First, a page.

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Secrets from the Baltics – Part II

A shift in the atmosphere

During the Soviet era, the authorities made major efforts to shape the population’s mindset according to the system’s ideology. Each area of society, whether it be media, education, politics, economics, the arts, sports, etc., was dedicated to constantly hammering in communist thinking. And as it claimed that there was no God, the Church was obviously silenced.

Those who, like myself, were born in the West can hardly imagine what it would be to be raised in such an atmosphere. Everything we would know, through schooling, television, books or entertainment would be rooted in atheistic ideology.

However, in the midst of this great ideological deception, some people remained uncorrupted. As they refused to buy the communist lie, they became heroes that God used to bring light into the darkness.

During the 1960s in Tallinn, some believers became greatly concerned about the growing atheism among their fellow citizens. As this was the desired goal of the authorities and as Christians had no freedom to preach the Gospel, it is not difficult to imagine their feeling of despair. How could they spread the Gospel without risking being caught? These impossibilities became a motive for them to bend their knees in prayer. And God soon sent his proposal: a Gospel choir. This was indeed brilliant, for even if the Gospel were clearly sung, this would still be accepted by the authorities. So they first started in the little Methodist church and later moved to the bigger Oleviste church.

An incredible wave of revival touched thousands of people. Miraculous healing became the norm. Some small messages were soon introduced between the songs, bringing many to the knowledge of Christ.

Just a few years before, Estonia and the other Baltic nations had been crushed by the Soviet army. Many had been killed or deported, which raised hatred towards Russians in those lands. The church leaders however, were moving with forgiveness, and decided to translate the services into Russian. This attracted people from all over the Soviet Union (remember that there was no Internet at the time). The communist opposition was real and sometimes quite threatening. But the power of God was so dramatic that many people who got healed and saved in Tallinn brought their entire villages to Christ after returning home. Through courageous men, Light had come in the darkness. In other communist countries, God used other heroes (e.g. The peace walks in Leipzig or Solidarnosc in Poland).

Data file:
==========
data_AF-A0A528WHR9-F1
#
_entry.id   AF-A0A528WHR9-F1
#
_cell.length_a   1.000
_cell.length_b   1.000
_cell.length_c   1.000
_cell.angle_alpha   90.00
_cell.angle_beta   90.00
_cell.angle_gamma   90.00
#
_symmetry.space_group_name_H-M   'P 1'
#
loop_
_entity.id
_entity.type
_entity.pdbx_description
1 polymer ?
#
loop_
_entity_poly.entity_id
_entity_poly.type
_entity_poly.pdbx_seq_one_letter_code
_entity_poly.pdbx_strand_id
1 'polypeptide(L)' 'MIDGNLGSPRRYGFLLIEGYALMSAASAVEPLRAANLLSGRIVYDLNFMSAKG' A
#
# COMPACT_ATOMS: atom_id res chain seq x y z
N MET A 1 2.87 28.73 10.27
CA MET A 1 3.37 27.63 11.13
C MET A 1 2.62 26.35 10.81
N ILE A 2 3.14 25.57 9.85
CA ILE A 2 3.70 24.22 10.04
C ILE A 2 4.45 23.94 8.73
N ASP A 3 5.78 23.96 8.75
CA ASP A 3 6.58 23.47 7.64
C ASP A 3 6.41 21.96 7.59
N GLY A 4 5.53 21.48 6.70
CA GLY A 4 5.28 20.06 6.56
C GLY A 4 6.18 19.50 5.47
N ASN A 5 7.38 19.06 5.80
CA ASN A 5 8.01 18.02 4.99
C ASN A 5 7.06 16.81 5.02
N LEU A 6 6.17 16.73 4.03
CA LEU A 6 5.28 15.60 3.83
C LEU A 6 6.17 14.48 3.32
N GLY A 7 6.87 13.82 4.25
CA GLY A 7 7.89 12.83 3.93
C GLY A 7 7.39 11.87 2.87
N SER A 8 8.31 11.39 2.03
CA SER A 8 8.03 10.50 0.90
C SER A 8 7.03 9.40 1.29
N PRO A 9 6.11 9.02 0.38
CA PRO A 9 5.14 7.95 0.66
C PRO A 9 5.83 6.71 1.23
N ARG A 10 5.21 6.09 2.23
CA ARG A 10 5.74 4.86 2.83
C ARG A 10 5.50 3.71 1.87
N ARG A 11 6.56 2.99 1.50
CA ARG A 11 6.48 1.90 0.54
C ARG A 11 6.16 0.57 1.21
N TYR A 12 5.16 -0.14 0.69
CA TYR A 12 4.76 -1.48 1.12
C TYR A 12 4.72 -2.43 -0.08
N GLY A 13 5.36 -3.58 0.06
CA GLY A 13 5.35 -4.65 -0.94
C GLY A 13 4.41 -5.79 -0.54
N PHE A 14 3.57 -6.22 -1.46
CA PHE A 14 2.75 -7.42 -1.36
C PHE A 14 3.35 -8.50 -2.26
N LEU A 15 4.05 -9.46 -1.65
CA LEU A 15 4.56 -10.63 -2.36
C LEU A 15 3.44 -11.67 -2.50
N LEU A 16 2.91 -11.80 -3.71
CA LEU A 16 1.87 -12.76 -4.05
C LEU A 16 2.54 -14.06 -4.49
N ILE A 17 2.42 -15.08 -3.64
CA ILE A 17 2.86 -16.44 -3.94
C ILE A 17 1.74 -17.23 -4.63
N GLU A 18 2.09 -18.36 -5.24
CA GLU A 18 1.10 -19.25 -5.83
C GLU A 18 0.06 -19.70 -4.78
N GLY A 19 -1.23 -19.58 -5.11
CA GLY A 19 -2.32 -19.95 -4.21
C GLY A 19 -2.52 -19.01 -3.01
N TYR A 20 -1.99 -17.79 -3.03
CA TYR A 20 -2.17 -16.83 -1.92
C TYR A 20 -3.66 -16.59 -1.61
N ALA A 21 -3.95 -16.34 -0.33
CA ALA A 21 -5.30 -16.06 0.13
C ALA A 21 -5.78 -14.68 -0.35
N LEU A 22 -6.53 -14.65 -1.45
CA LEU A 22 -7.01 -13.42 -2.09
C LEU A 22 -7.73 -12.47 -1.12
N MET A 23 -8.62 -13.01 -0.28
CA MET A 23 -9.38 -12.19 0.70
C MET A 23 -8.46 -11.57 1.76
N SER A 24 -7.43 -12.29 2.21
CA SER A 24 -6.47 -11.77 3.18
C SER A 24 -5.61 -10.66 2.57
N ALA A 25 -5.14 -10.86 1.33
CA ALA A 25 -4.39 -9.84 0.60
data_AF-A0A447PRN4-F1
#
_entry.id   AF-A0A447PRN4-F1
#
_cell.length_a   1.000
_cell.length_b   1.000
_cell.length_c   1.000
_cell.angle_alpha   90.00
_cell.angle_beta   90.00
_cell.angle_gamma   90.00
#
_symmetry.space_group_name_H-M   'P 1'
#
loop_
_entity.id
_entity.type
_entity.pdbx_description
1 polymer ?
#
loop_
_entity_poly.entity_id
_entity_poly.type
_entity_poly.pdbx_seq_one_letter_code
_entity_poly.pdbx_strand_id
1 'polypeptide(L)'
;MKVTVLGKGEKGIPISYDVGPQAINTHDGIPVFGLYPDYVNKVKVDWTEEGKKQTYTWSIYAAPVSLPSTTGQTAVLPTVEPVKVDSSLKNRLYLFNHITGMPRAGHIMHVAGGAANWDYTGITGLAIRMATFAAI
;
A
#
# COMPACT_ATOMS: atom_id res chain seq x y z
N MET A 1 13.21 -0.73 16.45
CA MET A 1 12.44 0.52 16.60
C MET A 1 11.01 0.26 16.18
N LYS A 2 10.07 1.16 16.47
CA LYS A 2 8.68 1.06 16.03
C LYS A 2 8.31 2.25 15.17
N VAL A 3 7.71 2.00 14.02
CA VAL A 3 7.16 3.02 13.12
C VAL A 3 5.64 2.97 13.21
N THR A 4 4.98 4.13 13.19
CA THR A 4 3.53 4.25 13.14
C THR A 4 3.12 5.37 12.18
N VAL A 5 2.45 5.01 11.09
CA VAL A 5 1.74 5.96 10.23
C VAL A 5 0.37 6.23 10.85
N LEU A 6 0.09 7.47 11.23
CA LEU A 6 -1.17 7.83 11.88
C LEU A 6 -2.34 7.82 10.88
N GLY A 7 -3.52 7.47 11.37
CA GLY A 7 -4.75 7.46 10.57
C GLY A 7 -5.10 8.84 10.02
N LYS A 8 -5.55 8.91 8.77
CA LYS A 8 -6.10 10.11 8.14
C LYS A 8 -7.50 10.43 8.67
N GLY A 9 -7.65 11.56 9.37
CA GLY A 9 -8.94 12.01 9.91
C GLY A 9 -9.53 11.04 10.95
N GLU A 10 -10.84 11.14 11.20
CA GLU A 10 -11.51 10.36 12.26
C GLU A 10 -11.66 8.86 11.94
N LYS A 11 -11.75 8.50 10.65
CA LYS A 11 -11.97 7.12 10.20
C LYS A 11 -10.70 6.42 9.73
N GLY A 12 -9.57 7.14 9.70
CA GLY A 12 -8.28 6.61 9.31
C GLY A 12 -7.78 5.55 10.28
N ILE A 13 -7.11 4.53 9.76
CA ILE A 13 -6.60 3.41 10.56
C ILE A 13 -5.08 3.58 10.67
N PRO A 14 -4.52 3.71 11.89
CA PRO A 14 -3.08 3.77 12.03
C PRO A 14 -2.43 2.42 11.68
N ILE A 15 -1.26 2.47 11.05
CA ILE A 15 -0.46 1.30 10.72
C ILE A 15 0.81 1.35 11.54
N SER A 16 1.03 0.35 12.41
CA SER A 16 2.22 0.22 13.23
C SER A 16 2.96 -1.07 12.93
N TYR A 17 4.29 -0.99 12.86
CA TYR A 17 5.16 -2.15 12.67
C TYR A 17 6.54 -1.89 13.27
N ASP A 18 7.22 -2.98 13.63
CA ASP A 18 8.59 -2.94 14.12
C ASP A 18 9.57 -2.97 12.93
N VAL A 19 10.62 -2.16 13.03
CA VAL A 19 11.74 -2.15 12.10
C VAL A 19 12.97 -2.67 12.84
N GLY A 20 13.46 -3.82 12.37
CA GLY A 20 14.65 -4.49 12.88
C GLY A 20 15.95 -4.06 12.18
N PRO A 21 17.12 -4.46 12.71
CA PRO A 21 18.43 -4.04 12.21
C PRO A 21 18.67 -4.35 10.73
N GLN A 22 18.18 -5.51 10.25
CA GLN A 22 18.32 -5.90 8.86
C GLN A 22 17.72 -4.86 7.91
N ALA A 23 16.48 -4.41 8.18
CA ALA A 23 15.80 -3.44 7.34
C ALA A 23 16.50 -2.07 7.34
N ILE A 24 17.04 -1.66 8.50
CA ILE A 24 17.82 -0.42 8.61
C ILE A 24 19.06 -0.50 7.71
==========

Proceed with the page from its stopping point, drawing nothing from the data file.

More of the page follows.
Today our Western world lives under another form of deception. It is of a different sort and I believe it is even more powerful. Indeed, it is more attractive than communism, as it exalts self as god. Secularism has created a highly individualistic society. Furthermore, all fields of society promote a secular lifestyle. Where communism was still a system that had been forced on the population, secularism has gained ground more easily through human selfishness. Sadly, the Church seems to have difficulties to counter this mindset.

However, just as it was possible to pull down communism, so it is for us with secularism. God is waiting for uncorrupted men and women to stand together. It is not only about preaching salvation (even though it remains of primary importance), but also about impacting every area of society with God’s wisdom. This is what we are aiming to do in Tallinn through next week’s European Christian Youth Parliament (ECYP).

It is time for the Church to step out and take courage. It is time to leave the fatalistic idea that the world is doomed to die and that we should let it be. History teaches us how courageous men of God transformed nations. Today’s Europe is longing for a shift of atmosphere. Are you going to take on the challenge?

Cédric Placentino

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